• ITVI.USA
    15,411.130
    -4.180
    0%
  • OTLT.USA
    2.740
    -0.021
    -0.8%
  • OTRI.USA
    21.110
    0.000
    0%
  • OTVI.USA
    15,375.870
    -11.650
    -0.1%
  • TSTOPVRPM.ATLPHL
    3.300
    0.000
    0%
  • TSTOPVRPM.CHIATL
    3.140
    0.190
    6.4%
  • TSTOPVRPM.DALLAX
    1.590
    0.150
    10.4%
  • TSTOPVRPM.LAXDAL
    3.330
    0.020
    0.6%
  • TSTOPVRPM.PHLCHI
    2.170
    0.020
    0.9%
  • TSTOPVRPM.LAXSEA
    4.080
    0.130
    3.3%
  • WAIT.USA
    125.000
    -1.000
    -0.8%
  • ITVI.USA
    15,411.130
    -4.180
    0%
  • OTLT.USA
    2.740
    -0.021
    -0.8%
  • OTRI.USA
    21.110
    0.000
    0%
  • OTVI.USA
    15,375.870
    -11.650
    -0.1%
  • TSTOPVRPM.ATLPHL
    3.300
    0.000
    0%
  • TSTOPVRPM.CHIATL
    3.140
    0.190
    6.4%
  • TSTOPVRPM.DALLAX
    1.590
    0.150
    10.4%
  • TSTOPVRPM.LAXDAL
    3.330
    0.020
    0.6%
  • TSTOPVRPM.PHLCHI
    2.170
    0.020
    0.9%
  • TSTOPVRPM.LAXSEA
    4.080
    0.130
    3.3%
  • WAIT.USA
    125.000
    -1.000
    -0.8%
American Shipper

Bush administration to “name and shame” shippers of counterfeit goods

Bush administration to “name and shame” shippers of counterfeit goods

Bush administration to “name and shame” shippers of counterfeit goods

   The Bush administration has stepped up its efforts to combat counterfeit goods.

   “The message to the IPR (intellectual property rights) pirates and counterfeiters is simple — we will do everything we can to make their life miserable,” said U.S. trade representative Robert Zoellick at a briefing. “We will stop their products at our border; we will name and shame your company; we will ratchet up the penalties; and we will coordinate with our trading partners to prevent third-country trafficking.”

   The departments of Commerce, Justice, and Homeland Security announced the Strategy Targeting Organized Piracy (STOP) initiative Monday.

   STOP will focus on a variety of counterfeit products, ranging from CDs and DVDs to clothing and auto parts. Other aspects of the initiative include:

   * Help small businesses secure and enforce their rights in overseas markets.

   * Ensure consumer safety by securing the country’s borders and marketplace against fakes.

   * Develop a “no trade in fakes” program in cooperation with industry to ensure that global supply chains are free of counterfeit goods.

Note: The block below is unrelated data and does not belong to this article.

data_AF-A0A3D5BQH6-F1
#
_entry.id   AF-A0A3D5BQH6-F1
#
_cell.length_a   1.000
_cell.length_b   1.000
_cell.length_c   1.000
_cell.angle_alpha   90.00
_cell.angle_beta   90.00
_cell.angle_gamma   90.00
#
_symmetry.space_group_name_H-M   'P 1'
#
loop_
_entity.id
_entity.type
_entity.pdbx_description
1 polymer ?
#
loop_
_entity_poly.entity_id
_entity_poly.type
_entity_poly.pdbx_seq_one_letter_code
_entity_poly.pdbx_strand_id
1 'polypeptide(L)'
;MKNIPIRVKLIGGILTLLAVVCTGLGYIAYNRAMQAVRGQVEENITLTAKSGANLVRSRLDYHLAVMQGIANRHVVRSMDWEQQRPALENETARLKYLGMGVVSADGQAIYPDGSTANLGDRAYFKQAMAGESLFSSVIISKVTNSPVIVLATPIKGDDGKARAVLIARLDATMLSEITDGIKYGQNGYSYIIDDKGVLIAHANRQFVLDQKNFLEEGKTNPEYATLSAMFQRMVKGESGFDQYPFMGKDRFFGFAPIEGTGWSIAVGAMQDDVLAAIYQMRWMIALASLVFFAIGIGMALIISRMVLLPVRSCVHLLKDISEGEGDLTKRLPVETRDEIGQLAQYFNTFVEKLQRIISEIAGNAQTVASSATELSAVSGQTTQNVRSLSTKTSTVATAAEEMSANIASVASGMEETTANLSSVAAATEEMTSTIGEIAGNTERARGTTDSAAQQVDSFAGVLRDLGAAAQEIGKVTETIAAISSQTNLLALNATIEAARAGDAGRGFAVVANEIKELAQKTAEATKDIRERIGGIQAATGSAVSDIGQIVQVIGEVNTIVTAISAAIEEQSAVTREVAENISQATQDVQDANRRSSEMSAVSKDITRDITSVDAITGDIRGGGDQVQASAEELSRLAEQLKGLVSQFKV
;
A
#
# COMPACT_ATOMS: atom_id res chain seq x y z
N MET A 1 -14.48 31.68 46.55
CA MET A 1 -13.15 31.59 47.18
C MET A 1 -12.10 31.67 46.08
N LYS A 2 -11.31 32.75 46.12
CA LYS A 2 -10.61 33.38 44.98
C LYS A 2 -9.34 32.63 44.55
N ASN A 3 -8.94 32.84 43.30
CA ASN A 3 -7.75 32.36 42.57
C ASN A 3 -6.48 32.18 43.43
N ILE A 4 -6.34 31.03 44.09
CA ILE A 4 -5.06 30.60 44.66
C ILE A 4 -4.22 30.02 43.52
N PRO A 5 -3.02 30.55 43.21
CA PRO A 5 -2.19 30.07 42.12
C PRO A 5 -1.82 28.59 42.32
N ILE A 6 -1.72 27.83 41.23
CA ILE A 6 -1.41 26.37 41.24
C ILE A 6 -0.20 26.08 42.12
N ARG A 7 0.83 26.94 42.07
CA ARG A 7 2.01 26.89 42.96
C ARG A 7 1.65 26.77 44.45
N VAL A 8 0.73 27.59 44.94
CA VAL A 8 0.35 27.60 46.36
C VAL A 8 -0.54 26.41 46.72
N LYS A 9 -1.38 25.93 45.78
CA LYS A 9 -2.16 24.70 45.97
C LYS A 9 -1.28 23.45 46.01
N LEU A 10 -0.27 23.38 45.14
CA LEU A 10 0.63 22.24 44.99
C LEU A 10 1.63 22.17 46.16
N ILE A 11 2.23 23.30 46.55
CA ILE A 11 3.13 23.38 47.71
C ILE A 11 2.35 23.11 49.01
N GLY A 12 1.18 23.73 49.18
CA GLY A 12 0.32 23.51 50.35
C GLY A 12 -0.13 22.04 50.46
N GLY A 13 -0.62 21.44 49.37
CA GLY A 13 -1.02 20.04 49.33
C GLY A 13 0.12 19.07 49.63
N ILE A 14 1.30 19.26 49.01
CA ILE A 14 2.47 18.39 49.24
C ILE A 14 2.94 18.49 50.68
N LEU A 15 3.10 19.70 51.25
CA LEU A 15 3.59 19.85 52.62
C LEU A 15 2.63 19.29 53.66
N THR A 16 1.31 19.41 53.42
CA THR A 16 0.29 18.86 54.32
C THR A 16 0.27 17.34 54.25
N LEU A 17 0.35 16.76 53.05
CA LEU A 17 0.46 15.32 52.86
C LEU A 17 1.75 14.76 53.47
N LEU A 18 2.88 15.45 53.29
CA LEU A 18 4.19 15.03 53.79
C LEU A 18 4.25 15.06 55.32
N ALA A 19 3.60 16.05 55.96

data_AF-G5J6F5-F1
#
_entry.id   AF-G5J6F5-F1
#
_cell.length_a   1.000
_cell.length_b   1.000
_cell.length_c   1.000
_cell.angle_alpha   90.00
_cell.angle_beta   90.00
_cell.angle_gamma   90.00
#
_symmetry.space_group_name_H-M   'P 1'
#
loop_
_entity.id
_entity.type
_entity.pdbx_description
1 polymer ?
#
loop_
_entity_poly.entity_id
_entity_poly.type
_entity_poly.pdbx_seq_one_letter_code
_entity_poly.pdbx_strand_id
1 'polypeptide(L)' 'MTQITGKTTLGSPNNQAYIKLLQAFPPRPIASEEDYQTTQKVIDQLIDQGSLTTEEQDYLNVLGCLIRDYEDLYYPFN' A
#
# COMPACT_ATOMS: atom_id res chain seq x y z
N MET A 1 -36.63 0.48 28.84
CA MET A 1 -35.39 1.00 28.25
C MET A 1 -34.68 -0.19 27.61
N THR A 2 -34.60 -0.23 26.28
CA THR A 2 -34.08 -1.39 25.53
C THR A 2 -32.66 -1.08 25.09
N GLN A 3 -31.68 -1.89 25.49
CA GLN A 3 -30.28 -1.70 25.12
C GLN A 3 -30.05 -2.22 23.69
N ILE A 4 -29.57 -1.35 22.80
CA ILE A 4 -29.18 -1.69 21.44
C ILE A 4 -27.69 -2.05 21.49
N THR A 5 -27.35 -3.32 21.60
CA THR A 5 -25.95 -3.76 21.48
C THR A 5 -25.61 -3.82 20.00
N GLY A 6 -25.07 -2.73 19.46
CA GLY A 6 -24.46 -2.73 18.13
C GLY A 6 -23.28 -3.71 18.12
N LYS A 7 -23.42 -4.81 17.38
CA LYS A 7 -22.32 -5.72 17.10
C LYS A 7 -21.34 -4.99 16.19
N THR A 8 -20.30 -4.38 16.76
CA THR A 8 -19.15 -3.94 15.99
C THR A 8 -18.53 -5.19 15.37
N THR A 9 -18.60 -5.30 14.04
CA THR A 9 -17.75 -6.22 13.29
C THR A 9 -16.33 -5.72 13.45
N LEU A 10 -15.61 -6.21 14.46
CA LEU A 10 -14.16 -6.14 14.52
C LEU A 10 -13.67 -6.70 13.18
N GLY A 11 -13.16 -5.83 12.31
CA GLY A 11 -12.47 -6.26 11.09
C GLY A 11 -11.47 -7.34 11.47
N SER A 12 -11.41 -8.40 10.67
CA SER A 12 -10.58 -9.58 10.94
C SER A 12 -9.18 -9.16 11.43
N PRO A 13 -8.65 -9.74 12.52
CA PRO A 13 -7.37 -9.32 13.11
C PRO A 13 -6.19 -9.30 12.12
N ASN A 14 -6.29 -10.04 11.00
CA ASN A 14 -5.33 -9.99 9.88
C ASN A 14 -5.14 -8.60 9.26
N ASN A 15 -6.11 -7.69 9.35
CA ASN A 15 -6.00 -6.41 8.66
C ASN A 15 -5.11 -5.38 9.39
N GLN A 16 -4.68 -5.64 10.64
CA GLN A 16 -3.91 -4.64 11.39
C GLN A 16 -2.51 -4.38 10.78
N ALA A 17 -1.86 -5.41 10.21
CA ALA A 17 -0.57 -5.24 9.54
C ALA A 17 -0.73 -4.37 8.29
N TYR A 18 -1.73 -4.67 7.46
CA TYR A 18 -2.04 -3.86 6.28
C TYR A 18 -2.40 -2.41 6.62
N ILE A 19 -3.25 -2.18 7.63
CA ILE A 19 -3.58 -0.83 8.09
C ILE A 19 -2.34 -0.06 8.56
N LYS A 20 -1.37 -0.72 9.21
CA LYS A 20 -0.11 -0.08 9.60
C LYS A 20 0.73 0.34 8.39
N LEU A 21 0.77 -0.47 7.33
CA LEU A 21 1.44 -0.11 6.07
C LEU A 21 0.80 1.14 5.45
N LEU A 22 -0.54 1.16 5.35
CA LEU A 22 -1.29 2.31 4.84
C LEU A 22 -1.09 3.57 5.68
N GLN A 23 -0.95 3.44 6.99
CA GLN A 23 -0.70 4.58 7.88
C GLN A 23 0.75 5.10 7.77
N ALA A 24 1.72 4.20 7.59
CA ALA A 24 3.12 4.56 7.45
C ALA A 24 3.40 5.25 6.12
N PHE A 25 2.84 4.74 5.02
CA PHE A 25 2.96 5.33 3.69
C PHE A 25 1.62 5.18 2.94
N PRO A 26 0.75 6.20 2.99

* Working to take down criminal enterprises that steal intellectual property and updating U.S. intellectual property statutes to give them more bite.

   * Working with other countries concerned about IPR piracy problems.

   To provide border enforcement of U.S. copyrights for sound recordings, movies or similar audio-visual works, Customs and Border Protection proposed regulations to allow recordings to be held by the agency while copyright registration is pending. “This early recording will provide CBP with the information it needs to prevent importation of pirated copies into the United States,” the agency said.

   Currently, CBP regulations require that all claims to copyright, both foreign and domestic, be registered with the U.S. Copyright Office in order to be eligible for border protection.

   “However, significant imports of piratical copies of sound recordings, motion pictures, or similar audio-visual works can occur before the copyright owner is able to secure registration,” CBP said. “For these types of works, piracy is likely to occur prior to and immediately following the release of the work.”

   Since 2000, CBP has doubled IPR seizures. In the first half of fiscal year 2004, IPR seizures at the U.S. borders totaled $64 million, the agency said.

   The U.S. Chamber of Commerce estimated that trade in counterfeit goods accounts for 6 to 9 percent of all world trade. The chamber pointed out in a recent report that intellectual property crimes drain up to $250 billion away from the U.S. economy. “It’s a big business and getting bigger,” said David Hirschmann, chamber senior vice president, in a statement.

   Chamber officials praised the STOP initiative.

   “Expanding cooperation with our trading partners to break the global supply chain of counterfeit and pirated goods is a significant step forward in combating these criminal activities,” said Daniel Christman, chamber senior vice president of international affairs. “We hope our trading partners will join us in strengthening enforcement in this area.”

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